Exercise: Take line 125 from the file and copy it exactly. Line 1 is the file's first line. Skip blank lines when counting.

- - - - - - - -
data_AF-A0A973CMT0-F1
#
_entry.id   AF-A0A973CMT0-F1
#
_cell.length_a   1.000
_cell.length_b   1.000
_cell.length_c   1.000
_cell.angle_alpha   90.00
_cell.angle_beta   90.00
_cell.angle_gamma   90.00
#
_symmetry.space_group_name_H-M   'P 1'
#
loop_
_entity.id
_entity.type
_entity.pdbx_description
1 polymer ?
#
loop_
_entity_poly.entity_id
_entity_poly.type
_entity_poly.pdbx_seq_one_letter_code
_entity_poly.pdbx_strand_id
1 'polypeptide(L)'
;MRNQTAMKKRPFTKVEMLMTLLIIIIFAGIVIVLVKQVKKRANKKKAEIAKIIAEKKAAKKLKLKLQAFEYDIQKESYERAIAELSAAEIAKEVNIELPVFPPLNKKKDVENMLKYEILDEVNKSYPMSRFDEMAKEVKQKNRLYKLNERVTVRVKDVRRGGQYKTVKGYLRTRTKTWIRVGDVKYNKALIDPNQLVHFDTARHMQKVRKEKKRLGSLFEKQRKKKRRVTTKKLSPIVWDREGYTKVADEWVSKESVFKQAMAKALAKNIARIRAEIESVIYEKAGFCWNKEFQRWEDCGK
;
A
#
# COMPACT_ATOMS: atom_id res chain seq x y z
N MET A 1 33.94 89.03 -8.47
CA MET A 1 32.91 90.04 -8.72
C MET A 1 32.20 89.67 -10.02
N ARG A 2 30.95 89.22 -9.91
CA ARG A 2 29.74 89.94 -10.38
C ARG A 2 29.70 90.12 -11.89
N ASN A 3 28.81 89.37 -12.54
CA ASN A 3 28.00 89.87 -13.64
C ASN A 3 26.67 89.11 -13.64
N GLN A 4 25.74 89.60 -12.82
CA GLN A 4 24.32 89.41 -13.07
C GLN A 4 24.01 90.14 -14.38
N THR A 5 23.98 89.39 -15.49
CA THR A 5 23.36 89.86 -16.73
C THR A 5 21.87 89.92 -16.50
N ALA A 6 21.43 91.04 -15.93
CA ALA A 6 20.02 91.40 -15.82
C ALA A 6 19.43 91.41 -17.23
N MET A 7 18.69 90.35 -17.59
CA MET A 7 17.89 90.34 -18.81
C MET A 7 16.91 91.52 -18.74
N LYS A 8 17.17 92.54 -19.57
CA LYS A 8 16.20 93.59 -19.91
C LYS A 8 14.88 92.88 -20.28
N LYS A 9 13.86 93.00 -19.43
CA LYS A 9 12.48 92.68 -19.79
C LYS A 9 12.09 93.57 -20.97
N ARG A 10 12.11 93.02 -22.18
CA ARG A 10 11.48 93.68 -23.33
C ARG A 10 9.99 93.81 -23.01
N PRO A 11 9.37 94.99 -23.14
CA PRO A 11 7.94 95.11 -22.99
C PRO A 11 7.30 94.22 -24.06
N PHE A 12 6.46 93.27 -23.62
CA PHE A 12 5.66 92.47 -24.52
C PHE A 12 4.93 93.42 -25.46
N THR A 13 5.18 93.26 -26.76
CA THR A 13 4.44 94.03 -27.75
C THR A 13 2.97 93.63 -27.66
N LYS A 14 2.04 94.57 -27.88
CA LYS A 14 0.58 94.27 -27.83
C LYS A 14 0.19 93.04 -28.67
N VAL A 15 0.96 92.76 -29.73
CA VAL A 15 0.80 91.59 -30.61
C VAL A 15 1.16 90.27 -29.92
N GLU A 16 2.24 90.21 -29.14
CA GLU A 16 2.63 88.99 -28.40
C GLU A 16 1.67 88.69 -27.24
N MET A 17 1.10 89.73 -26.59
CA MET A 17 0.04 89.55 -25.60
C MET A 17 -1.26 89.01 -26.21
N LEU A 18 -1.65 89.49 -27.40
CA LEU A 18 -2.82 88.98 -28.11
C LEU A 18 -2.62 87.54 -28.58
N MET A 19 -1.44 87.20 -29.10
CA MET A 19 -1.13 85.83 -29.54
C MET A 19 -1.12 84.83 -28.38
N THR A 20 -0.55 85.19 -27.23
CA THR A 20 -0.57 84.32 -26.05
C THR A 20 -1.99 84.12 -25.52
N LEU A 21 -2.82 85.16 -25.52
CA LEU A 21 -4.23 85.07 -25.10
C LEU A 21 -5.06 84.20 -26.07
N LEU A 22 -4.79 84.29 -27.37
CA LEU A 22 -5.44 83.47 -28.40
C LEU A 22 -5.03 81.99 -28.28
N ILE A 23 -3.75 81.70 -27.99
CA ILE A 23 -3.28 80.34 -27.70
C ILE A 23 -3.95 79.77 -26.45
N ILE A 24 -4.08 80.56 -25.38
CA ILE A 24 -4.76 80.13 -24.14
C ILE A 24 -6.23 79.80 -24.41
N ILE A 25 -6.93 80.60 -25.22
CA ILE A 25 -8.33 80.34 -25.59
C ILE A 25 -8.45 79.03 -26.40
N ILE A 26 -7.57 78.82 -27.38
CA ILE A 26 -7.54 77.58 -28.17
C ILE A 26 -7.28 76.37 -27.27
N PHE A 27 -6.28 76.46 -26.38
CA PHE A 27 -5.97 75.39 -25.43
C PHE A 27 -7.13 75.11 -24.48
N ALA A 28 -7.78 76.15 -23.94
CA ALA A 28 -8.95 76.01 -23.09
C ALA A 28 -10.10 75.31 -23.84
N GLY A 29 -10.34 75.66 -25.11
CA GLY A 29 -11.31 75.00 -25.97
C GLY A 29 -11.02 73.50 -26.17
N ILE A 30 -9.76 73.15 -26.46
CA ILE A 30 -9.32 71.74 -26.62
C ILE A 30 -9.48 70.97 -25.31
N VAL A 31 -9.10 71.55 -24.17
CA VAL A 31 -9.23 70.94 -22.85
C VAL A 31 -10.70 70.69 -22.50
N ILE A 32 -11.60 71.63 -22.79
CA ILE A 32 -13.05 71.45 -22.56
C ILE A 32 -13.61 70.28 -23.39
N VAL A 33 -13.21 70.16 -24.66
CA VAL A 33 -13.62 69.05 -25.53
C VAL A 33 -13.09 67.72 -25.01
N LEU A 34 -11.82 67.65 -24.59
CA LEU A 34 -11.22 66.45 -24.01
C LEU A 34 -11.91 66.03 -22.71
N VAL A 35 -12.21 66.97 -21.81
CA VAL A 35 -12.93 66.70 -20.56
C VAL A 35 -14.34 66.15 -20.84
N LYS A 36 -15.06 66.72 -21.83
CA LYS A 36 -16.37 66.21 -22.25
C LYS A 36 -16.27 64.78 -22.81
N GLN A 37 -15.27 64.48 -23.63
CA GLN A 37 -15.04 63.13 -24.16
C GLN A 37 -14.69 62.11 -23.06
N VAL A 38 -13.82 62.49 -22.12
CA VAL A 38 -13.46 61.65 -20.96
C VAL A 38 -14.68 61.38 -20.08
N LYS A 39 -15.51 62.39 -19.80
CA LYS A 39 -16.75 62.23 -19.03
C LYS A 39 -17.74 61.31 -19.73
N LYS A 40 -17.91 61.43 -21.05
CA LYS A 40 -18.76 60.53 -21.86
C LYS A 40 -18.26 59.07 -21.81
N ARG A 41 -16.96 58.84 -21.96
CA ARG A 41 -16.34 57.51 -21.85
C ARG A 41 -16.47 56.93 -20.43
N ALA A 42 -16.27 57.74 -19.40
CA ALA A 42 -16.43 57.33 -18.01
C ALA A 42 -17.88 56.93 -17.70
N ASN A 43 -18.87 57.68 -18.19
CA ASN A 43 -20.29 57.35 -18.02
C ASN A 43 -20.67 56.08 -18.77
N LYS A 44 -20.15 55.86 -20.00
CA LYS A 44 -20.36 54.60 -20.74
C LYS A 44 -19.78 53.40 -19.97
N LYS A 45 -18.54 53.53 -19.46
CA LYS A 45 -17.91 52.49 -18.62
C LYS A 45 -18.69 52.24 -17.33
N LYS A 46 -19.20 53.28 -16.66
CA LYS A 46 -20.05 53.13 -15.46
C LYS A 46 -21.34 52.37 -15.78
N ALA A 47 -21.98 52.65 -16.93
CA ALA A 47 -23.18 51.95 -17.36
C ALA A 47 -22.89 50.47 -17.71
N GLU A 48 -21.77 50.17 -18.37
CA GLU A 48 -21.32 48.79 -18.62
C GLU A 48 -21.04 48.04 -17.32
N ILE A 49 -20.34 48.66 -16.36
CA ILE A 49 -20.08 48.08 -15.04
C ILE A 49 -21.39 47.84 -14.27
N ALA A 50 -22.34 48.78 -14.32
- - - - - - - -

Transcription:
CA ILE A 32 -13.05 71.45 -22.56